Dark Eyes 2

Posted in Audio by - February 18, 2016
Dark Eyes 2

Released February 2014

Continuing on from the ending of Dark Eyes, Big Finish continues the Eight Doctor’s adventures with another four-story box set aptly titled Dark Eyes 2. Comprised of ‘The Traitor,’ ‘The White Room,’ ‘Time’s Horizon,’ and ‘The Eyes of the Master,’ this time the Doctor finds himself and acquaintances pitted against the Daleks and a resurrected Master.

Dark Eyes was an astronomical success for Big Finish, and fortunately the high quality continues in the sequel while even managing to eliminate many of the pacing issues that hampered the first set. That improvement is primarily due to the individual stories having stronger individual plots, allowing for events at hand to be managed while the overarching plot can be gradually revealed without relying on superfluous padding to fill the running time.

Dark Eyes saw the Eighth Doctor at his lowest point before finally finding a renewed sense of hope that allowed him to continue with his life; this sequel set sees him as still a very fragile being, but one being unwittingly drawn into the temporal affairs of both the Time Lords and the Daleks. Clearly Big Finish is building towards something grander down the line- quite possibly the start of the Time War- as both races are preparing themselves for something yet come. Mention is made of the Doctor’s failure to avert the creation of the Daleks in ‘Genesis of the Daleks,’ and the Time Lords have resurrected the Master for some unknown agenda, and events are certainly headed to a momentous showdown at some point.

This set of stories, like its precursor set, is anchored by very strong performances. Molly O’Sullivan truly starts to assert herself as a strong companion here, mellowed a little by her previous experiences but still just as confident and proficient. She is still a key figure in the overall plot, but having resolved much of the mystery surrounding her in the previous box set allows for her to be more active and well-rounded in her own right. Likewise, Alex MacQueen continues to deliver outstanding performances as Big Finish’s resident Master. There is little doubt of the danger and madness hidden beneath his civilized exterior manner, but it’s that masking facade that allows for such an incredibly strong scene between the Doctor and him.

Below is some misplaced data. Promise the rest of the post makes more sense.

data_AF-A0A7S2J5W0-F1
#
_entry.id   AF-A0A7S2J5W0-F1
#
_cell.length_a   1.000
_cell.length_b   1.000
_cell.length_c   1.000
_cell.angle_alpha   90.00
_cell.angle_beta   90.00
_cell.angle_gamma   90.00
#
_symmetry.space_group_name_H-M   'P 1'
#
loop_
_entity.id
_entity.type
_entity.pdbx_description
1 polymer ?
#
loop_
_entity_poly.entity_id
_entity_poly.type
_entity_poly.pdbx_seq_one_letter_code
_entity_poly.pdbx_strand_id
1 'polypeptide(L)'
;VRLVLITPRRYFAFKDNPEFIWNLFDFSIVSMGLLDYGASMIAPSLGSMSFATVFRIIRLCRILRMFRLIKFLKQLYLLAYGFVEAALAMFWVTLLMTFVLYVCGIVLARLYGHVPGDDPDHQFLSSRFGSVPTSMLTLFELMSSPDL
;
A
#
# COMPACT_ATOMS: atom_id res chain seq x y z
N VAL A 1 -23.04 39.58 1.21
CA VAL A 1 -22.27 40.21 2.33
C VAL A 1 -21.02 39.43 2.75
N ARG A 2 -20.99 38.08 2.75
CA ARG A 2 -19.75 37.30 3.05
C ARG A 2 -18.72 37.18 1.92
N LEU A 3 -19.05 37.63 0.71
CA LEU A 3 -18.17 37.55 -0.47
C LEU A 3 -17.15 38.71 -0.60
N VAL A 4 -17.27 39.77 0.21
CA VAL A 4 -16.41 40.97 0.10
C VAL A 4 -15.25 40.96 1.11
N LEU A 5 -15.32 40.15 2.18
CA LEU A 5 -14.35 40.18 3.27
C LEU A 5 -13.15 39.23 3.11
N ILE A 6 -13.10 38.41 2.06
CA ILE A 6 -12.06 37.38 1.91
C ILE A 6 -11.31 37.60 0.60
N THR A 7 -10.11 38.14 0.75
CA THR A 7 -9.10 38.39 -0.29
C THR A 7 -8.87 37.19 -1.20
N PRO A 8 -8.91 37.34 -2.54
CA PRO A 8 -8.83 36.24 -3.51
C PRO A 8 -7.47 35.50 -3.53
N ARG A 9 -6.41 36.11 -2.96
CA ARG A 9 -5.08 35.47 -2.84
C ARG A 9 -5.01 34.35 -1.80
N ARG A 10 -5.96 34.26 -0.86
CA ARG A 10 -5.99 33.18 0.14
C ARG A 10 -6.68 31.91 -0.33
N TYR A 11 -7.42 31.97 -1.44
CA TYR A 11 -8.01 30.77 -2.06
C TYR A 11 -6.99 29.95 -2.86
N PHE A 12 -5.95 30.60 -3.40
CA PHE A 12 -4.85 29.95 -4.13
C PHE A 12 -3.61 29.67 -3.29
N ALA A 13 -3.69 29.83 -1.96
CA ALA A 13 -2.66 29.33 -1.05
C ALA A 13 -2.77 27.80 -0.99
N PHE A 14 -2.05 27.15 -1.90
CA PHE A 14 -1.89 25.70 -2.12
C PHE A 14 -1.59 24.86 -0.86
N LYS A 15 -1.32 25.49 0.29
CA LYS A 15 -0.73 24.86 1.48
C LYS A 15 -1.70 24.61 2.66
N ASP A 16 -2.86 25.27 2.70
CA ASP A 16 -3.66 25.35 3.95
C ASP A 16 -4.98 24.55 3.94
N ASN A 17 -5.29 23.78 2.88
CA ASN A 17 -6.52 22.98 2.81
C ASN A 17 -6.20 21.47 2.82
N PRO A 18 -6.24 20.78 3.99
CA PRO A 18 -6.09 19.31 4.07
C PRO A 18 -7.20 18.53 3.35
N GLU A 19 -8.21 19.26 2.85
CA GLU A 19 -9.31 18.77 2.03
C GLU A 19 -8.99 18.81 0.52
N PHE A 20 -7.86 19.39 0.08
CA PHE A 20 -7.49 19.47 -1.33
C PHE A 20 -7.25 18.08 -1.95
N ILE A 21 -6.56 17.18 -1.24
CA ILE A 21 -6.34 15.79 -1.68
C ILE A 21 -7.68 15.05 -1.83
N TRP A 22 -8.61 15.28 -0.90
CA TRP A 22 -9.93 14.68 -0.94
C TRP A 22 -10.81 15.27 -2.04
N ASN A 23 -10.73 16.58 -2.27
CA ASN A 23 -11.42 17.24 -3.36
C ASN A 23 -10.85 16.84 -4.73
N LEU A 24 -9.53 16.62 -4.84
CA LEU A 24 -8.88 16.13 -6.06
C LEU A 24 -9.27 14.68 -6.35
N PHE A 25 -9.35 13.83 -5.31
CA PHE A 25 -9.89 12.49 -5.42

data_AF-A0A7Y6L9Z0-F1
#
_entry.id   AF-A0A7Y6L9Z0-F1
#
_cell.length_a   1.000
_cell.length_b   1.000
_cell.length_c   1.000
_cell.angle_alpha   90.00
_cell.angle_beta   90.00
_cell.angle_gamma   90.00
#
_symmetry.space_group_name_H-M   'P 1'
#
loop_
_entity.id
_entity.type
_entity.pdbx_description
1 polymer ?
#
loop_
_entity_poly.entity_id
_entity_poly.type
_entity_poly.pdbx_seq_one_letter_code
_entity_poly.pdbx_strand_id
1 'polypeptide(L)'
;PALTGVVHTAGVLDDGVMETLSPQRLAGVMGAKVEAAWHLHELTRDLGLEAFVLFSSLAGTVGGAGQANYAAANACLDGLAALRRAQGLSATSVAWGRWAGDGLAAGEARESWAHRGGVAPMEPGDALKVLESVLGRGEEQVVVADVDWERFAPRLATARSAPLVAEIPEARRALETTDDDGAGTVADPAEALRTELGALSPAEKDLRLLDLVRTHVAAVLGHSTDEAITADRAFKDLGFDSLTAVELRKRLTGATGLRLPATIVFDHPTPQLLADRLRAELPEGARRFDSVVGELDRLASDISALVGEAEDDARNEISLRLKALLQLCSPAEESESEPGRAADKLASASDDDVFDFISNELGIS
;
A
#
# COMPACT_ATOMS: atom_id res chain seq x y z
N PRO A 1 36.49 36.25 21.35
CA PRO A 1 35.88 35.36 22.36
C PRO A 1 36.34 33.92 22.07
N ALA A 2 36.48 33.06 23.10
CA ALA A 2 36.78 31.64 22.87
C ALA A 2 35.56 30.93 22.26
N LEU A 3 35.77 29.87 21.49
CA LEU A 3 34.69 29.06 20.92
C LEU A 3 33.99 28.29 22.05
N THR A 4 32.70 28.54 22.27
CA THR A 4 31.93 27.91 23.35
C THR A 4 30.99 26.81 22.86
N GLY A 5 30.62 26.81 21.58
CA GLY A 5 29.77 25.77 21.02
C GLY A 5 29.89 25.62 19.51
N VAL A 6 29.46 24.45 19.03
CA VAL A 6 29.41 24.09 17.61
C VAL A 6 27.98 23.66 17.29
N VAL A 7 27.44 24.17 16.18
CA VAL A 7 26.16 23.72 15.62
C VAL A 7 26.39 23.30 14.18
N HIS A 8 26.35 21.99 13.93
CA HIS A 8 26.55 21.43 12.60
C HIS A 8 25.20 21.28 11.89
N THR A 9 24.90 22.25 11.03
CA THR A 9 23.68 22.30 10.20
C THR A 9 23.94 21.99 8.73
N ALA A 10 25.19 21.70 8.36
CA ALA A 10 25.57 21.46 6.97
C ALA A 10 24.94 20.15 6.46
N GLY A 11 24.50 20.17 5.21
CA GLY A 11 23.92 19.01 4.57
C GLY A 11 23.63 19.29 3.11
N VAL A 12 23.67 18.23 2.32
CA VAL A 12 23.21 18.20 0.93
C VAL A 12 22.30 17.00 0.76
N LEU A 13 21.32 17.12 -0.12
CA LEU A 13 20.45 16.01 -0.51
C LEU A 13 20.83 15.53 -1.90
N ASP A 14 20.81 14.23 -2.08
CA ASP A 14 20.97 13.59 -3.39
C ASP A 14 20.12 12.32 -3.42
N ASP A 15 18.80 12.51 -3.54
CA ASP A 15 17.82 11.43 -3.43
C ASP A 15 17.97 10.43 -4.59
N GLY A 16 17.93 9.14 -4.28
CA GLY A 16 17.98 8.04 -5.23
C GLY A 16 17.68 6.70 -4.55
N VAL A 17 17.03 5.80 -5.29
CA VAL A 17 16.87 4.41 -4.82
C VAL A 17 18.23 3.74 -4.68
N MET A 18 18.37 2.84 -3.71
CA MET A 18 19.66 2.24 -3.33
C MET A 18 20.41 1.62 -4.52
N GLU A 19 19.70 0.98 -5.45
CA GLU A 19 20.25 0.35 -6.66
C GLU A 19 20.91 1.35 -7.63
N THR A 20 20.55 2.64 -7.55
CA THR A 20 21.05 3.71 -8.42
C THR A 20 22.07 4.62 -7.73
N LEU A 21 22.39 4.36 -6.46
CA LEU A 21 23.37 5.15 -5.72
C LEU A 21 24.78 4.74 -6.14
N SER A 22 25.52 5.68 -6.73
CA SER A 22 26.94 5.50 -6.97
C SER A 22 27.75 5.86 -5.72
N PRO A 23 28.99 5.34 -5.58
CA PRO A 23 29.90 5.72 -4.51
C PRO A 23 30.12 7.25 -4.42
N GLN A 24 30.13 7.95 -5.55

The setup of the stories is a little strange since the first one seems wholly unrelated until much later on; accordingly, ‘The White Room’ seems more like the proper beginning of Dark Eyes 2, and it does cost a bit of a disjointed feeling at first as if some linking events are missing. So, whereas the first story focuses on the Doctor going confronting an unabashed Dalek group on Nixyce 7 to ask for help while the usual havoc is being wreaked, the second story brings the welcome return of the Viyrans studying time as a disease and a creation with unintended consequences. It is in ‘The White Room’ that Molly is reintroduced, and the action picks up immediately, saving the usual time spent chatting and catching up for actively moving the plot on instead.

It’s in the third story, ‘Time’s Horizon,’ that Dark Eyes 2 really starts to interconnect its tales as the Doctor takes Molly to the end of the universe where they land on an exploring ship and come face to face with Liv Chenka. Liv had seen the Doctor ally himself with the Daleks on Nixyce 7 and obviously does not trust him, but those events are in the Doctor’s personal future and so must remains hidden to him. Unfortunately, the potential for confrontation and discussion is minimized as Liv spends most of her time with Molly while the Doctor battles with another returning enemy, the Eminence. This is one of Big Finish’s greatest creations, and the Eminence is again displayed as a proper and credible threat, especially with the ability to possess other beings. ‘Time’s Horizon’ certainly ups the threat level, and the plot twists are suitably intriguing, but the generic supporting cast and slower pace unfortunately keep it from reaching the lofty levels of the other stories included in the set.

‘The Eyes of the Mater’ is tasked with tidying everything up, and it does so nicely as the Doctor, Molly, and a now trusting Liv come up against the Master, the fourth distinct villain of this set. To say the storyline is a bit uncharacteristic would be an understatement, but McGann’s first audio outing against the Master pays off immensely, filled with sparkling dialogue and plenty of references to their personal histories. Some history of MacQueen’s Master is finally revealed, and he helps to successfully bring closure to Dark Eyes 2 while setting more events in motion for Dark Eyes 3.

The non-linearity of the stories can be a bit disjointing and confusing in the audio medium, but the sheer scope of Dark Eyes 2 merits praise. While not all of the supporting performances match the leads’, the parade of villains and the plot reveals and interconnections are fantastic and certainly whet the appetite for McGann’s continued adventures.

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